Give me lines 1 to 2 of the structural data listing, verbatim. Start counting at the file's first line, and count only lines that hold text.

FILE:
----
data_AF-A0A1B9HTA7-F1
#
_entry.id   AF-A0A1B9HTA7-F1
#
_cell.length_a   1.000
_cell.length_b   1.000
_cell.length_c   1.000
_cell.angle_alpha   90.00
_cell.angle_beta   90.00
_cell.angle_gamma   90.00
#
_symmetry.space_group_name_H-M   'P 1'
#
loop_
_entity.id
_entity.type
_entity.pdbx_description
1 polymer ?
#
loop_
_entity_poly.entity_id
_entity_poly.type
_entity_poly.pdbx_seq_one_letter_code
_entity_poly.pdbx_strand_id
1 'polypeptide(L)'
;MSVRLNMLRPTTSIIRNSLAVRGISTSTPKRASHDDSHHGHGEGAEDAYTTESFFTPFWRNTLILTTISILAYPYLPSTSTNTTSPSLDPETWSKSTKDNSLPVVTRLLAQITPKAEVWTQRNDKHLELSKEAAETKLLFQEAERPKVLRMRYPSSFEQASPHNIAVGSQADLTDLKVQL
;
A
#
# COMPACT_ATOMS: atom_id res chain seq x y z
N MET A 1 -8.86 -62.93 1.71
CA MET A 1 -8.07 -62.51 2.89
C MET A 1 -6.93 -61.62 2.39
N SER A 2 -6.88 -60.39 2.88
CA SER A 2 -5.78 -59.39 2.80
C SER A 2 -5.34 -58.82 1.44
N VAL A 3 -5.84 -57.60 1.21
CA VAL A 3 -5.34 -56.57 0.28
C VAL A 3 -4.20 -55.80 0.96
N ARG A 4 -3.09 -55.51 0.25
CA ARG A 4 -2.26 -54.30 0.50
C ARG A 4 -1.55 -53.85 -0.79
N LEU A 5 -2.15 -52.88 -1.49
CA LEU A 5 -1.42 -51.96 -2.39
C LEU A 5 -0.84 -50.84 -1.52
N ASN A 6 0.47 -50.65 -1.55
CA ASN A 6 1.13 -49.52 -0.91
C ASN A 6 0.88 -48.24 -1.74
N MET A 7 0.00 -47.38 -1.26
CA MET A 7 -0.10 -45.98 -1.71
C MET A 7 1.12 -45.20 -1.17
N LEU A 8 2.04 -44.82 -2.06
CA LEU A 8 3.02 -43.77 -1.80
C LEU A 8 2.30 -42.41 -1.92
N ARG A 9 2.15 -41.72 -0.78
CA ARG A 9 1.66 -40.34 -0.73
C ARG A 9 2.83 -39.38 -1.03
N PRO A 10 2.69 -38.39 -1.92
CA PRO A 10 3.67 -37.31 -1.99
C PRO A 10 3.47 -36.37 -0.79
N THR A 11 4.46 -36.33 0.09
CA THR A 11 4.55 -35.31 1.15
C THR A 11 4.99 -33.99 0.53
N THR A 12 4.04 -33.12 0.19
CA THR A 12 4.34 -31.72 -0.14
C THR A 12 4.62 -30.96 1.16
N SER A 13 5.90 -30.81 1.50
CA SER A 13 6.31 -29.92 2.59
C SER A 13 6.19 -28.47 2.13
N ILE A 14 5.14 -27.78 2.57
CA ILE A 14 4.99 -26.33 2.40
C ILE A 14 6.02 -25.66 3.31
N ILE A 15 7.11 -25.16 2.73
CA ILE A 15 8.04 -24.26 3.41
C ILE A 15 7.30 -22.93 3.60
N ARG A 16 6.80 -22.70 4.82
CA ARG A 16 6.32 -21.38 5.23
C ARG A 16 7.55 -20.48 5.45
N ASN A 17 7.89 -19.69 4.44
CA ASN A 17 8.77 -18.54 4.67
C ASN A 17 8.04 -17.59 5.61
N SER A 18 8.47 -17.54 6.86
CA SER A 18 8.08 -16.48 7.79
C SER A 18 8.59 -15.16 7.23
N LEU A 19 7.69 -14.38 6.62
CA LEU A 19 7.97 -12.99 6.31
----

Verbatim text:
data_AF-A0A1B9HTA7-F1
#